University breaks ground on new pediatrics center

By Ethan Frenchman

The Center of Biomedical Discovery, slated to open in 2008, will make the University one of the nation’s top pediatric and metastatic cancer research facilities, according to Hospital officials. Construction began on the $162.5 million structure at the east side of Drexel Avenue between 56th and 57th Streets on October 17.

At 330,760 square feet, the center will be the largest science facility in the University’s history, and at 10 stories high, one of the tallest buildings on campus.

Officials expect the center to fill an important niche in the University’s current expansion of its scientific research capabilities.

“The Center of Biomedical Discovery will be a bridge between the basic science research to be done at the Center for Integrative Science and clinical research done at the Hospitals,” said John Easton, a Hospitals spokesperson.

Over 45 teams of researchers will use chemistry, physics, and biology in combination with clinical studies to answer how genetics affect childhood diseases, why blood cells leak, and the causes of metastatic cancer.

“The Center of Biomedical Discovery’s purpose is to bring together multidisciplinary research with a focus on three major areas: cancer, pediatric medicine, and genetic medicine,” said Geoffrey Greene, professor in the department of biochemistry and molecular biology and a co-director of the Center of Biomedical Discovery.

A number of innovative interdisciplinary programs will occupy the facility, including the Institute for Molecular Pediatric Sciences and the Center for Metastasis Research.

The first of its kind in the country, the Institute for Molecular Pediatric Sciences was established to research how genes influence childhood diseases. The institute will expand from its current home in the Comer Children’s Hospital to occupy half of the Center of Biomedical Discovery. With its new capacity, the institute “will harness the insights of the biomedical revolution and apply them to the care of sick children,” Professor and Chairman of Pediatrics and Director of the Center of Biomedical Discovery Steven Goldstein said in a press release.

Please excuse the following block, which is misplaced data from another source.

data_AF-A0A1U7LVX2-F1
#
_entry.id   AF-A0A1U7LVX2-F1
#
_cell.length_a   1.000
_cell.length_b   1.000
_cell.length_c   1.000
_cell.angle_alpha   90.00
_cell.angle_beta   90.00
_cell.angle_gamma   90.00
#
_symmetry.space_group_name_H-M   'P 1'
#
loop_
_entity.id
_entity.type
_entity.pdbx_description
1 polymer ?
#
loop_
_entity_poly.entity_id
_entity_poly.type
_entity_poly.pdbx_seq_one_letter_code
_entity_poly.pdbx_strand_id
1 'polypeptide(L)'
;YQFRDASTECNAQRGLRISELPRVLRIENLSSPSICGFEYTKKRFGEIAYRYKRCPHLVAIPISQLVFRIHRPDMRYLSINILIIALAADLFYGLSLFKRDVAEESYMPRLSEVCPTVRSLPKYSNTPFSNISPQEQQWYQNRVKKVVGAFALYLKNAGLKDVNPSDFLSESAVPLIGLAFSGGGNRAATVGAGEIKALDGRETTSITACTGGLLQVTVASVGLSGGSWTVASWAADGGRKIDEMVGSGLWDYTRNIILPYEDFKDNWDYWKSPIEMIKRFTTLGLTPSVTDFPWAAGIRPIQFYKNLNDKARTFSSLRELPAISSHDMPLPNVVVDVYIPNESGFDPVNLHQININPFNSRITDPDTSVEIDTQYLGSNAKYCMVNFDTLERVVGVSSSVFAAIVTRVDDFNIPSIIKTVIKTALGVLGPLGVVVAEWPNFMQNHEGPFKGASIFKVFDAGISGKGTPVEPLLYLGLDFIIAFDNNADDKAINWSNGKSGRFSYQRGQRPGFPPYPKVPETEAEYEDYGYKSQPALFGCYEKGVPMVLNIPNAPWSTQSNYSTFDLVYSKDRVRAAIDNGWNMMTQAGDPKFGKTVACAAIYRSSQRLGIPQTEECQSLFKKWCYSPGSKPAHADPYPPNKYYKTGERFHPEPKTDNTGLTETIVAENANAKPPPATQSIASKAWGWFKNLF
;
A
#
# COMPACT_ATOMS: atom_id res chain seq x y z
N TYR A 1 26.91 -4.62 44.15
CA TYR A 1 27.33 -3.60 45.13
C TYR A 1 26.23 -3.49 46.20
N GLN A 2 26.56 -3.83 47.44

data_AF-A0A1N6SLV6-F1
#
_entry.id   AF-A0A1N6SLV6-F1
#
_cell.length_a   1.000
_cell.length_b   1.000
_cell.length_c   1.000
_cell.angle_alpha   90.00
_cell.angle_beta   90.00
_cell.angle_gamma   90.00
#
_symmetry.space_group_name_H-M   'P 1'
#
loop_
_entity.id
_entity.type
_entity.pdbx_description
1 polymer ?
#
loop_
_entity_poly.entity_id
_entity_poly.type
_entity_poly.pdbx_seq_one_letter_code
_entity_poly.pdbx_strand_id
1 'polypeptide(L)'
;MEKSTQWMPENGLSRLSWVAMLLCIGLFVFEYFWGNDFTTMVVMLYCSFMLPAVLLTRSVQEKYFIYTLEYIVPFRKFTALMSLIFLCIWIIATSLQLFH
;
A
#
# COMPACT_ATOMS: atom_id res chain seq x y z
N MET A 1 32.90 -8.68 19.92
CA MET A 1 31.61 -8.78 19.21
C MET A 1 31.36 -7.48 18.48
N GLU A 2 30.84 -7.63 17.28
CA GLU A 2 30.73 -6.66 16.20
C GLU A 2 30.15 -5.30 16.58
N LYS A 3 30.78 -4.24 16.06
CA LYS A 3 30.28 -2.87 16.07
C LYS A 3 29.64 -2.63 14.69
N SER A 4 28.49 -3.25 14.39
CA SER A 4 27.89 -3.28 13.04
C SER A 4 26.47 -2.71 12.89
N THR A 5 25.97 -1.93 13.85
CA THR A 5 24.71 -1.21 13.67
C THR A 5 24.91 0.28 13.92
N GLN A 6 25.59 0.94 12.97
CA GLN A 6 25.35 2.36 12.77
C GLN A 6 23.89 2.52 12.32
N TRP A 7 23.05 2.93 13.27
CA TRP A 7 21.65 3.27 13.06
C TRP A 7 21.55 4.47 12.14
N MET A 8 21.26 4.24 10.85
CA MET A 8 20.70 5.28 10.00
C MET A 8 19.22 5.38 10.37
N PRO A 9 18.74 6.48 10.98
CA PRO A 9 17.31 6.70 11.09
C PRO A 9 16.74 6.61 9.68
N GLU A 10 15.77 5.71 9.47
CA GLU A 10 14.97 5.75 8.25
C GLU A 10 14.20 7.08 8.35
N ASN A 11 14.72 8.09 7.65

The construction of the Center of Biomedical Discovery, which follows the opening of the Comer Children’s Hospital last February, is considered to be the second phase of the University’s attempt to become a national leader in pediatric medicine.

Many in the University consider the Center for Metastasis Research an important leap forward in the University’s pursuit to understand and cure cancer.

“Our current metastasis research enterprise is small and needs to grow in size and scope,” Greene said. “Metastasis represents the end stage of cancer, and it is what kills most people with tumors that fail treatment of early stage disease.”

Ralph Weichselbaum, professor and chairman of the Department of Radiation and Cellular Oncology, said that the research at the medical center has the potential to fulfill multiple needs.

“I think is a social, medical, and intellectual problem and it necessitates a multi-disciplinary approach,” Weichselbaum said. “We can make real progress. It’s one of the few centers of its kind, and there is a real crying need.”

Undergraduate and graduate students at the University can look forward to cutting-edge research opportunities. Easton said that the construction will increase research resources significantly for the University, “so it will certainly create opportunities for a lot of people.”

The building design offers a new approach to facilitating interdisciplinary discovery. “It’s a very cleverly designed building,” Easton said. “It is very light, airy, and open. It forces people to interact via open areas, adjoining lab space, and shared floors.” The Center will also connect to the Center for Integrative Science, the Biological Sciences Learning Center, and the Comer Children’s Hospital.

“This facility is designed to capitalize on and extend two of this University’s primary strengths,” said James Madara, dean of the Division of Biological Sciences and the Pritzker School of Medicine, in a press release. “It exploits the extraordinary diversity of our scientists, pulling together people from many backgrounds and specialties. It also takes advantage of their collegiality, their historical propensity to cross boundaries with abandon in order to work together on common, fundamental problems.”